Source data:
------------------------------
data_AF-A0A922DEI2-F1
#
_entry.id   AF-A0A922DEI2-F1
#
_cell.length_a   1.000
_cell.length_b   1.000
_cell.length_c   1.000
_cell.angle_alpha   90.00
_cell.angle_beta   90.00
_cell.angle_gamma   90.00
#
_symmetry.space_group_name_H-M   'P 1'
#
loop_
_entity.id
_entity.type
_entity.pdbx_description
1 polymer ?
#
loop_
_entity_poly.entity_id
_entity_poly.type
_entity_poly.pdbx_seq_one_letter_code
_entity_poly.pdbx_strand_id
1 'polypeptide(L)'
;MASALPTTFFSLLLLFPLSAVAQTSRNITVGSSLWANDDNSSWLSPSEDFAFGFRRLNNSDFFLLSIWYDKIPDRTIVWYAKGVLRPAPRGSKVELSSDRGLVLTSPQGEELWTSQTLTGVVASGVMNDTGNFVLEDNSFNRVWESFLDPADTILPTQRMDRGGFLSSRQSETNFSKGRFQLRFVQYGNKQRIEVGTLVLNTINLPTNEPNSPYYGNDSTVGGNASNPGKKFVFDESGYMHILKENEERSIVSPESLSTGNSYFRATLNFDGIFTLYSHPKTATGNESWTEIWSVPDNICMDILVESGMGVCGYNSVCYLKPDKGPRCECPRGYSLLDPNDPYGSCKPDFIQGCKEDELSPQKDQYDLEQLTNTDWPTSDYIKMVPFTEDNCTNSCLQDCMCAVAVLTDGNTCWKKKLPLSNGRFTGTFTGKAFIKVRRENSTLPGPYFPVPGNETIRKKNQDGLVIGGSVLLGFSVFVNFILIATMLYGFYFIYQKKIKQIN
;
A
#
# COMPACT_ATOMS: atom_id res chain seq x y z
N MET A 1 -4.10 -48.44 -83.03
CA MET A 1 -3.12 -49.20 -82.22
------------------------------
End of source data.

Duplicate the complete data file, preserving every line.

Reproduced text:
data_AF-A0A922DEI2-F1
#
_entry.id   AF-A0A922DEI2-F1
#
_cell.length_a   1.000
_cell.length_b   1.000
_cell.length_c   1.000
_cell.angle_alpha   90.00
_cell.angle_beta   90.00
_cell.angle_gamma   90.00
#
_symmetry.space_group_name_H-M   'P 1'
#
loop_
_entity.id
_entity.type
_entity.pdbx_description
1 polymer ?
#
loop_
_entity_poly.entity_id
_entity_poly.type
_entity_poly.pdbx_seq_one_letter_code
_entity_poly.pdbx_strand_id
1 'polypeptide(L)'
;MASALPTTFFSLLLLFPLSAVAQTSRNITVGSSLWANDDNSSWLSPSEDFAFGFRRLNNSDFFLLSIWYDKIPDRTIVWYAKGVLRPAPRGSKVELSSDRGLVLTSPQGEELWTSQTLTGVVASGVMNDTGNFVLEDNSFNRVWESFLDPADTILPTQRMDRGGFLSSRQSETNFSKGRFQLRFVQYGNKQRIEVGTLVLNTINLPTNEPNSPYYGNDSTVGGNASNPGKKFVFDESGYMHILKENEERSIVSPESLSTGNSYFRATLNFDGIFTLYSHPKTATGNESWTEIWSVPDNICMDILVESGMGVCGYNSVCYLKPDKGPRCECPRGYSLLDPNDPYGSCKPDFIQGCKEDELSPQKDQYDLEQLTNTDWPTSDYIKMVPFTEDNCTNSCLQDCMCAVAVLTDGNTCWKKKLPLSNGRFTGTFTGKAFIKVRRENSTLPGPYFPVPGNETIRKKNQDGLVIGGSVLLGFSVFVNFILIATMLYGFYFIYQKKIKQIN
;
A
#
# COMPACT_ATOMS: atom_id res chain seq x y z
N MET A 1 -4.10 -48.44 -83.03
CA MET A 1 -3.12 -49.20 -82.22